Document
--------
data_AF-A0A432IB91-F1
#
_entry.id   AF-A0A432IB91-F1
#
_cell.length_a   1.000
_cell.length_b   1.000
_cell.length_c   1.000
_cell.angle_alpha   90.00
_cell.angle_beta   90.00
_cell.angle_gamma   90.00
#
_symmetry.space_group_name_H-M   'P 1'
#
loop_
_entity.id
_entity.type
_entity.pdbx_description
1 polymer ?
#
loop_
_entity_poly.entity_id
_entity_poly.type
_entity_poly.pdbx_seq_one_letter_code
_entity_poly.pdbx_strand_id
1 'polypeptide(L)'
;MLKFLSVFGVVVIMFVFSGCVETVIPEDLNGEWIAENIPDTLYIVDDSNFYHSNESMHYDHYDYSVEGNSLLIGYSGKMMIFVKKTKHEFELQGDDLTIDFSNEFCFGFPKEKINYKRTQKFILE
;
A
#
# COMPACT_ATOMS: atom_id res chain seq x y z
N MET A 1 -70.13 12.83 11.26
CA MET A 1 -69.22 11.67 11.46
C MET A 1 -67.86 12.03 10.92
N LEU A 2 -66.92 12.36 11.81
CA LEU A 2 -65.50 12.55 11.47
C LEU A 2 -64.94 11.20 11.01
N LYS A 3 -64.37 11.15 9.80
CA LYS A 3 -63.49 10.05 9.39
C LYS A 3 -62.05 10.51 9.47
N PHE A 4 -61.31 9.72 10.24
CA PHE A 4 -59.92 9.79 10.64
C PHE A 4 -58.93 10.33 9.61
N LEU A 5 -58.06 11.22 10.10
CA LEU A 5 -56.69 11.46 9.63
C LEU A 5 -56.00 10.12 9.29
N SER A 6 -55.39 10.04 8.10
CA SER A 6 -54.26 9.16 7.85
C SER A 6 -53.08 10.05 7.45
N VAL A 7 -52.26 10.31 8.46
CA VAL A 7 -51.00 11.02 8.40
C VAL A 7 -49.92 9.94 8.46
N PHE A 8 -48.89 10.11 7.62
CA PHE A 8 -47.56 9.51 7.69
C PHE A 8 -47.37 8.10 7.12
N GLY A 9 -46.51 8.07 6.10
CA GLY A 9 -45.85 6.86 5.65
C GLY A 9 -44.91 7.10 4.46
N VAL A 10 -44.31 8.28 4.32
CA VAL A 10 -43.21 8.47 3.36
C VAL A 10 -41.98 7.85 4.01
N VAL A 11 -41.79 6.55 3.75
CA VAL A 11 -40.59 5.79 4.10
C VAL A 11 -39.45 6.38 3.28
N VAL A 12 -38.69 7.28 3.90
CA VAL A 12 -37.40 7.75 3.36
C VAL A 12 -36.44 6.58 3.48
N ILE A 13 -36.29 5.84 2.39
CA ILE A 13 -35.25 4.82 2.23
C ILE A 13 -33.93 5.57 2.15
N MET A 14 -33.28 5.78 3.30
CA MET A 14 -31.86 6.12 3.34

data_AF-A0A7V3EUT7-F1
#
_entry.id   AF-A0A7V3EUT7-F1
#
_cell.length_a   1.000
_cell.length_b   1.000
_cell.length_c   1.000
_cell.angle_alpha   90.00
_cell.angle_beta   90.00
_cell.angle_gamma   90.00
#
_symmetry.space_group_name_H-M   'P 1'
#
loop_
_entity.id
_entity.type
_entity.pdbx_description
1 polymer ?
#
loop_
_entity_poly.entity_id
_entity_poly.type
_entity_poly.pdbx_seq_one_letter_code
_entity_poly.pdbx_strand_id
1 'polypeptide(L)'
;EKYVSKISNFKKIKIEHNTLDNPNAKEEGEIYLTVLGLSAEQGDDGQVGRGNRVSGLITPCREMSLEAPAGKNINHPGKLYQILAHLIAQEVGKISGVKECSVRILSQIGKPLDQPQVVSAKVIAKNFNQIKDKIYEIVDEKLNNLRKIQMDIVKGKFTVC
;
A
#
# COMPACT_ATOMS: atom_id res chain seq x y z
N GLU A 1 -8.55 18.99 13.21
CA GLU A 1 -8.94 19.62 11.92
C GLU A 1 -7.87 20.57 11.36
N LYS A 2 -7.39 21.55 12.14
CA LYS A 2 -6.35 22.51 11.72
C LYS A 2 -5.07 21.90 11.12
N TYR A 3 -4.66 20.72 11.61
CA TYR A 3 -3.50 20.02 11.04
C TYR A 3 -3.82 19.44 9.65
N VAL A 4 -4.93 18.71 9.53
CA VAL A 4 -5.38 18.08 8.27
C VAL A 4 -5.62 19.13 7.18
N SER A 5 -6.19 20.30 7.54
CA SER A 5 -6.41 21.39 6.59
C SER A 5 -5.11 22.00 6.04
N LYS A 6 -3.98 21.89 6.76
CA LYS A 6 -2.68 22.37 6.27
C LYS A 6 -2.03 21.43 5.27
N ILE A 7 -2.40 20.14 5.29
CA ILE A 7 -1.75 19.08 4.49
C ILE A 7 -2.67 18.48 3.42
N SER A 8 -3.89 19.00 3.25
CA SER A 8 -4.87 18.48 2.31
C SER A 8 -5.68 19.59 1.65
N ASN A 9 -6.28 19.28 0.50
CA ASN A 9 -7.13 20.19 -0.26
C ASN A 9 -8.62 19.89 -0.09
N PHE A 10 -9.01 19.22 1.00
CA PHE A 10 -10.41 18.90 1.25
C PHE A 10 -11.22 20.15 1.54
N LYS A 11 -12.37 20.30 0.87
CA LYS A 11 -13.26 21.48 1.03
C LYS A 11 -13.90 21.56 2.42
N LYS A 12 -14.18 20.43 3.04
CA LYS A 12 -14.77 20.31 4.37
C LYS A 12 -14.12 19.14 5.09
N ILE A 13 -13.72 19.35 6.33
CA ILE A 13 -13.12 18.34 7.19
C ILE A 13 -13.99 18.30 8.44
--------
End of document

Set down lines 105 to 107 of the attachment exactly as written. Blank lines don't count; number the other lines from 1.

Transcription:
N LYS A 2 -7.39 21.55 12.14
CA LYS A 2 -6.35 22.51 11.72
C LYS A 2 -5.07 21.90 11.12